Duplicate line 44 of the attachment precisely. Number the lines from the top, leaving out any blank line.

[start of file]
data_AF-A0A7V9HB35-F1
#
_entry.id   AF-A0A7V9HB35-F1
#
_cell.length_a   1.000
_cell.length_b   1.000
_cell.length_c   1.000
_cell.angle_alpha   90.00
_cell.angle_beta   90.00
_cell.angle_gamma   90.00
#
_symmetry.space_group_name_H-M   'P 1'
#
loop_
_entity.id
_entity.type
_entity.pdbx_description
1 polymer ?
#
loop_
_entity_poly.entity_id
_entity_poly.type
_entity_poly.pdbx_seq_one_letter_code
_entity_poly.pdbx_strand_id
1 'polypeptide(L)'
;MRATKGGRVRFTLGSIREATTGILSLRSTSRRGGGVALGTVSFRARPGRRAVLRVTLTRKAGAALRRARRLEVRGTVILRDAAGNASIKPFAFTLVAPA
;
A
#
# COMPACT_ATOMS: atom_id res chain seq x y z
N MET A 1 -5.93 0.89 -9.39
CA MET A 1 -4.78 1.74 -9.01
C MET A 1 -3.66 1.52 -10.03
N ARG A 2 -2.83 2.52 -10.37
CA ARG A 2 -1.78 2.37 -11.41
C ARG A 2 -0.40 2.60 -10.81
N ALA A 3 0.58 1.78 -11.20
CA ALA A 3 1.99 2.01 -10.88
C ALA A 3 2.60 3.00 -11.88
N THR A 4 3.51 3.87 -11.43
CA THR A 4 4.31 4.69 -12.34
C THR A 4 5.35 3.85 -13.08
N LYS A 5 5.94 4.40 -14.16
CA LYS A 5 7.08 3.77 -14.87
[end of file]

CA LYS A 5 7.08 3.77 -14.87